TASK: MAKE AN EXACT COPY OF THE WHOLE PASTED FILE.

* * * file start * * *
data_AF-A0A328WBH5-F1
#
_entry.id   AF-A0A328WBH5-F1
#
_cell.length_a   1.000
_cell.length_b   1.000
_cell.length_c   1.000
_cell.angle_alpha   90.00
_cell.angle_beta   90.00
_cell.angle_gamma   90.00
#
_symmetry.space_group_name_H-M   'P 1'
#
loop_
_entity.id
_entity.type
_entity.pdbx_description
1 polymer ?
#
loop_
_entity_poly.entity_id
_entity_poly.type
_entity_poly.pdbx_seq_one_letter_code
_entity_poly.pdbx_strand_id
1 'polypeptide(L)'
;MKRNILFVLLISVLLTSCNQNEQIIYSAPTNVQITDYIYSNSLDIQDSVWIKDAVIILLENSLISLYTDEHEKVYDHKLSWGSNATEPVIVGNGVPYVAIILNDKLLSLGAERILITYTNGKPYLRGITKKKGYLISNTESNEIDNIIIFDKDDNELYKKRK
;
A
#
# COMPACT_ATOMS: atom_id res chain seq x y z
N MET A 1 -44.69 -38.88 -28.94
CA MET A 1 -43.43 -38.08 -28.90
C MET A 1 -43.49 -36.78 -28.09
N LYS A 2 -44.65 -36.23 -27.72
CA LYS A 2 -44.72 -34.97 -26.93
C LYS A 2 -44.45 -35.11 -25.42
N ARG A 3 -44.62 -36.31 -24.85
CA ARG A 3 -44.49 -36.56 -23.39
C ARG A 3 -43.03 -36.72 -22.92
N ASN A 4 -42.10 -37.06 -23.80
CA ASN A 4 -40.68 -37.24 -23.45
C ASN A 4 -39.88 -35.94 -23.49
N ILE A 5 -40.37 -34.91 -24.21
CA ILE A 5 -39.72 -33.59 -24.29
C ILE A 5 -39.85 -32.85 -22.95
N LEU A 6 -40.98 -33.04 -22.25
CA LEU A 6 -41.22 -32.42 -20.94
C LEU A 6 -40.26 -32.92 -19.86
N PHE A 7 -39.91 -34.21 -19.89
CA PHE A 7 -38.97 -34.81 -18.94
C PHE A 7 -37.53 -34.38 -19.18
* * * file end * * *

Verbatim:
data_AF-A0A328WBH5-F1
#
_entry.id   AF-A0A328WBH5-F1
#
_cell.length_a   1.000
_cell.length_b   1.000
_cell.length_c   1.000
_cell.angle_alpha   90.00
_cell.angle_beta   90.00
_cell.angle_gamma   90.00
#
_symmetry.space_group_name_H-M   'P 1'
#
loop_
_entity.id
_entity.type
_entity.pdbx_description
1 polymer ?
#
loop_
_entity_poly.entity_id
_entity_poly.type
_entity_poly.pdbx_seq_one_letter_code
_entity_poly.pdbx_strand_id
1 'polypeptide(L)'
;MKRNILFVLLISVLLTSCNQNEQIIYSAPTNVQITDYIYSNSLDIQDSVWIKDAVIILLENSLISLYTDEHEKVYDHKLSWGSNATEPVIVGNGVPYVAIILNDKLLSLGAERILITYTNGKPYLRGITKKKGYLISNTESNEIDNIIIFDKDDNELYKKRK
;
A
#
# COMPACT_ATOMS: atom_id res chain seq x y z
N MET A 1 -44.69 -38.88 -28.94
CA MET A 1 -43.43 -38.08 -28.90
C MET A 1 -43.49 -36.78 -28.09
N LYS A 2 -44.65 -36.23 -27.72
CA LYS A 2 -44.72 -34.97 -26.93
C LYS A 2 -44.45 -35.11 -25.42
N ARG A 3 -44.62 -36.31 -24.85
CA ARG A 3 -44.49 -36.56 -23.39
C ARG A 3 -43.03 -36.72 -22.92
N ASN A 4 -42.10 -37.06 -23.80
CA ASN A 4 -40.68 -37.24 -23.45
C ASN A 4 -39.88 -35.94 -23.49
N ILE A 5 -40.37 -34.91 -24.21
CA ILE A 5 -39.72 -33.59 -24.29
C ILE A 5 -39.85 -32.85 -22.95
N LEU A 6 -40.98 -33.04 -22.25
CA LEU A 6 -41.22 -32.42 -20.94
C LEU A 6 -40.26 -32.92 -19.86
N PHE A 7 -39.91 -34.21 -19.89
CA PHE A 7 -38.97 -34.81 -18.94
C PHE A 7 -37.53 -34.38 -19.18